European elections 2019: Dublin count halted over vote dispute

Vote counting
Image caption Just two of the Republic of Ireland's 13 seats have so far been filled

European election counting has been suspended in one of Republic of Ireland's constituencies following a dispute over vote transfers.

The count in Dublin will resume at 11:00 local time on Tuesday morning.

The dispute comes over the potential distribution of votes for the two remaining seats in the Dublin constituency.

Three of the Republic of Ireland's 13 European Parliament seats have been filled so far.

Counting in the Republic began on Sunday night, but progress has been slow.

Fine Gael's Mairead McGuinness was re-elected in the Midlands-North-West constituency with 134,630 votes.

She will be joined in the European Parliament by the Green Party's Ciaran Cuffe and Fine Gael's Frances Fitzgerald, who were elected in Dublin on the 13th and 14th count respectively.

Image caption Mairead McGuinness is the European Parliament's vice-president

The two remaining Dublin seats will be taken by Fianna Fáil's Barry Andrews and Clare Daly of Independents 4 Change.

However, a dispute over whether votes will be distributed between the pair has brought the count to a halt.

The potential transfers will decide which one finishes third and fourth in the poll. The fourth and final seat will only become active if and when Britain leaves the EU, as it one of the UK's parliament seats that has been redistributed by the EU.

Earlier, Ms McGuinness said she was "delighted, relieved and a bit tired" to retain her seat.

Durkan eliminated

"I am deeply honoured and humbled by the size of the mandate I have received," she said.

Turnout in the election was 49.7%, with the governing Fine Gael party topping the poll with 29.6% of first preferences.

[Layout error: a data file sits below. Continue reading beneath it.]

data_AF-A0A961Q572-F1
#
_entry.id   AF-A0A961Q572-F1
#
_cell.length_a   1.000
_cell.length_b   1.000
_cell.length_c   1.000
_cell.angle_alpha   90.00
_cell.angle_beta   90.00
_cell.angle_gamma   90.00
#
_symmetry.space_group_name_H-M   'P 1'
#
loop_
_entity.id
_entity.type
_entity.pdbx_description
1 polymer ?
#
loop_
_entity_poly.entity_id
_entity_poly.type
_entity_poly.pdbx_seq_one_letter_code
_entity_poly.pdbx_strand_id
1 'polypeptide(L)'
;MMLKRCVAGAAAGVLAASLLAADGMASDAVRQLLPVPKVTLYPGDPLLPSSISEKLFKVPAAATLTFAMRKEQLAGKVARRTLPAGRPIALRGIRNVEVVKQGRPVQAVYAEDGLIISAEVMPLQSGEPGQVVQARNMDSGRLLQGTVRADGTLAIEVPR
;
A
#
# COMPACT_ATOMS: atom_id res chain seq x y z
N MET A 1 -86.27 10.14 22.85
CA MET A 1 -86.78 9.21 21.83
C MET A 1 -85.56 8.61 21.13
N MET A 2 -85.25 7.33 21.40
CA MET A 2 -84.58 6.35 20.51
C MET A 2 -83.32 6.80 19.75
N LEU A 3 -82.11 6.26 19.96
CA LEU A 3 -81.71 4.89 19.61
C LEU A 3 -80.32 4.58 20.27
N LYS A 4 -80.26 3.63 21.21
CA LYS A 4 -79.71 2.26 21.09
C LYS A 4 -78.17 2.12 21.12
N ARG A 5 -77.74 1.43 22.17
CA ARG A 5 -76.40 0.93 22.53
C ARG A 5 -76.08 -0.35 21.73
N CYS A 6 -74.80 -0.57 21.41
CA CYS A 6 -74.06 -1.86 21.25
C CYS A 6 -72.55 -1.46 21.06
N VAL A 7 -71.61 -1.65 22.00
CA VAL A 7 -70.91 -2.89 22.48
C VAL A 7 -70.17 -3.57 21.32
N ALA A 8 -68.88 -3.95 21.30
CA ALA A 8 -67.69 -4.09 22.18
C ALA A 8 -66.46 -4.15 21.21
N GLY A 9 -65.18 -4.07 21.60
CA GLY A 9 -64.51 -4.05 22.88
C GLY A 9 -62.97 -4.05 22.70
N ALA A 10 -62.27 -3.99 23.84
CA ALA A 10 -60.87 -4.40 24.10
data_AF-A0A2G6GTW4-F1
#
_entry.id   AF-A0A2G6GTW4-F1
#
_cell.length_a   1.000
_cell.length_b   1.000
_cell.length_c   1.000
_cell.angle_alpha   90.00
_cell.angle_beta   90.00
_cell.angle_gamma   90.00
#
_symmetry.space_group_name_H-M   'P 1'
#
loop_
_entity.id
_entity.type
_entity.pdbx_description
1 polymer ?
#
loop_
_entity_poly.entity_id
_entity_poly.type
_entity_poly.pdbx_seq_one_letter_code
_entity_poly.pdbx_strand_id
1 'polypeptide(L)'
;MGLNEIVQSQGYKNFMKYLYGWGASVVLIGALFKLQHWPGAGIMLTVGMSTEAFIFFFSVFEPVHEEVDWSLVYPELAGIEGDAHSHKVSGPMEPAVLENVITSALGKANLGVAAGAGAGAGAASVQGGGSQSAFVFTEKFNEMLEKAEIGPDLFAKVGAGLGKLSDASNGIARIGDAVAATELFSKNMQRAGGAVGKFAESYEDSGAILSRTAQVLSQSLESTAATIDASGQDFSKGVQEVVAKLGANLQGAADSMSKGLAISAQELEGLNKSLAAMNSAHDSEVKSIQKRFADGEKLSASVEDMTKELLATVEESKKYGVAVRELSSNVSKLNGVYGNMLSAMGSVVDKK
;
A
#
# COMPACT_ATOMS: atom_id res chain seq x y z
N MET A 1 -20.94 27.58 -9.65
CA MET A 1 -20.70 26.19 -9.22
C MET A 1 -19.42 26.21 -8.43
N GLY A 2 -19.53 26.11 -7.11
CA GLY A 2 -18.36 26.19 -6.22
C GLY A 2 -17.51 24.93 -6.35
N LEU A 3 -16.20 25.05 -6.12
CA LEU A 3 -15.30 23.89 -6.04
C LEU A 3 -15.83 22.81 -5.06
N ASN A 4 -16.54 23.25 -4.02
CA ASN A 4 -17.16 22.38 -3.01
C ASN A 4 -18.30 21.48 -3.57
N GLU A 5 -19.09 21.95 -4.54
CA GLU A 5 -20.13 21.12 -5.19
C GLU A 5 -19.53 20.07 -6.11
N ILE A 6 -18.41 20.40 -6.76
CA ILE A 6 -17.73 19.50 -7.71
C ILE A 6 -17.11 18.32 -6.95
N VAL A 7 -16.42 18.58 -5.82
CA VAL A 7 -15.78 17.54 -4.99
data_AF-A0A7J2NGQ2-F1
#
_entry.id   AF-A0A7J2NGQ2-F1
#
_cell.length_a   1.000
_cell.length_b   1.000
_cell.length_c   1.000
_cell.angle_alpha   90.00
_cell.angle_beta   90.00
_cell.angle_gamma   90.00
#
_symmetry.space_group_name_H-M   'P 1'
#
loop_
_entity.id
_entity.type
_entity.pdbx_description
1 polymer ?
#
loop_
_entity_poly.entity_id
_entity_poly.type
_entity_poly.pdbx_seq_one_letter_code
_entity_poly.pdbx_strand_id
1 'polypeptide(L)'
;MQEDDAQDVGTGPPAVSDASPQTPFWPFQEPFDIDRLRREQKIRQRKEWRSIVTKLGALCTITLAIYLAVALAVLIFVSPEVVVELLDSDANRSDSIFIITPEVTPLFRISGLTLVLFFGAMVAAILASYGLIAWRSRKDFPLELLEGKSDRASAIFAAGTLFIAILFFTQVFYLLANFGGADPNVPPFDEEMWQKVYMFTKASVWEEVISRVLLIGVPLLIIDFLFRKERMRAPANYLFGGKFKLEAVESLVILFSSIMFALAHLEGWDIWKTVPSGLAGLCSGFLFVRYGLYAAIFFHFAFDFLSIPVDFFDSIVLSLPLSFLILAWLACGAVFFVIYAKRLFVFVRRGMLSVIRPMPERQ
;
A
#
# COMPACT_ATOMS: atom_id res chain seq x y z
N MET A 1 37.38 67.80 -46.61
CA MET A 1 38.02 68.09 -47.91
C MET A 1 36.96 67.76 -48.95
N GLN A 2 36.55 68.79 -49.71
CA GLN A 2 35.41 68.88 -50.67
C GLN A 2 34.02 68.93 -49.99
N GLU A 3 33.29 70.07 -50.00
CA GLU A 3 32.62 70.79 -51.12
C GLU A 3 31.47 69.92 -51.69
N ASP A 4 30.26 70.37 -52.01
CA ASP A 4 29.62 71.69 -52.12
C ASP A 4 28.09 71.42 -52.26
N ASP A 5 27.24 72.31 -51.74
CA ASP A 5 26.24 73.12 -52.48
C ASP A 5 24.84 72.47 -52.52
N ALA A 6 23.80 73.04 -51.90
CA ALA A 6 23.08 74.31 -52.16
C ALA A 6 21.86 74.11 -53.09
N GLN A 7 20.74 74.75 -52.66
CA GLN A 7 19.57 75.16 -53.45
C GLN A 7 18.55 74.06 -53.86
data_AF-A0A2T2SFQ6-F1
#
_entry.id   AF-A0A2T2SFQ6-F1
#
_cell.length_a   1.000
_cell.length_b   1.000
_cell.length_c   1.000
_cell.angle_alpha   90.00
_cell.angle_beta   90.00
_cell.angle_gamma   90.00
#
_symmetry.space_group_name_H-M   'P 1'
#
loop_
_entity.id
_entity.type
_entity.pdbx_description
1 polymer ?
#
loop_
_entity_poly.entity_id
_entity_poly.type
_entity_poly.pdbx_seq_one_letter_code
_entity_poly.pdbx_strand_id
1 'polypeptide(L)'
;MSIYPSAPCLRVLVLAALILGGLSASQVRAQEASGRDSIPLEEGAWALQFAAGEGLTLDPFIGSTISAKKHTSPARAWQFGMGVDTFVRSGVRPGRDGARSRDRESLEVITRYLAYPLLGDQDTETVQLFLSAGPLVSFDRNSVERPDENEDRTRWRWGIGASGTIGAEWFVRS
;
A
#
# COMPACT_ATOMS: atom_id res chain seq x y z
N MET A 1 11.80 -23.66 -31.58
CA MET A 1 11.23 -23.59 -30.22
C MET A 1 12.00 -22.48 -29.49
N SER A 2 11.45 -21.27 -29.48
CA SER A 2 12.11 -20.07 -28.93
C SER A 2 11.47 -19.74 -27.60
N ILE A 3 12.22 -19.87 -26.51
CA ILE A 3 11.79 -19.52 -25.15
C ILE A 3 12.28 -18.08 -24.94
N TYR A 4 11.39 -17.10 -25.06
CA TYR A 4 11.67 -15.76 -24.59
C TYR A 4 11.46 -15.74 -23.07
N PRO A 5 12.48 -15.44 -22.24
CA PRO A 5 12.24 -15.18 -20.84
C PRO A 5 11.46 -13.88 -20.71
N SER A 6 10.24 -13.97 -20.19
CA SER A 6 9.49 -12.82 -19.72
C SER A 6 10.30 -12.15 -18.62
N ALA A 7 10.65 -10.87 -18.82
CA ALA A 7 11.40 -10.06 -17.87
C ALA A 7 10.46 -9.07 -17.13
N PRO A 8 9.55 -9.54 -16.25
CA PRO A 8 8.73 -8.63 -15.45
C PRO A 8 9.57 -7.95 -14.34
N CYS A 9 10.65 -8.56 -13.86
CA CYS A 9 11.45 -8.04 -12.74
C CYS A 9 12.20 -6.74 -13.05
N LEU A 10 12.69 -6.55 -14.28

Fianna Fáil had 16.5%, Sinn Féin had 11.7% just ahead of the Green Party with 11.4%, while independents took 15.7% of the vote.

The former SDLP leader, Mark Durkan, who stood in Dublin, has been eliminated.

He said that voters cared less about Brexit than domestic issues.

He added that he did not regret standing for Fine Gael even though the party he once led in Northern Ireland has a working relationship with Fianna Fáil - Fine Gael's traditional rival.

As in the Republic's local elections, Sinn Féin's vote is down.

The party's Dublin MEP, Lynn Boylan, will struggle to hold her seat against the challenge from the independent left-wing Clare Daly, with anxious waits also for Liadh Ní Riada in Ireland South and Matt Carthy in Ireland Midlands-North-West.

'Fragile relationship'

Fianna Fáil, the main opposition party, which is in a confidence-and-supply arrangement with Fine Gael, performed the best of all the parties in the local elections.

Image copyright PA
Image caption Mark Durkan - who stood for Fine Gael - accepted that other issues eclipsed his anti-Brexit message

But Fine Gael is expected to do much better in the European elections.

With a number of members of the Dáil (Irish parliament) certain to be returned as MEPs, there will have to be by-elections, which could destabilise the already fragile relationship between the two biggest parties.

And while both have agreed to continue their confidence-and-supply arrangement for another October budget because of Brexit uncertainty in the UK, there has been a lot of parsing of comments made by the Taoiseach (Irish prime minister) Leo Varadkar about another return to the polls.

Image caption Counting in the Republic began on Sunday

In two separate interviews with Irish national broadcaster RTÉ, he said he could not rule out a general election this year, but he would not call one in the coming days or weeks.

That has led some to speculate about the possibility of a late-June poll given that the UK will not be leaving the EU before the end of October.

It is the taoiseach's prerogative to call an election - voters will have to wait and see what he decides.

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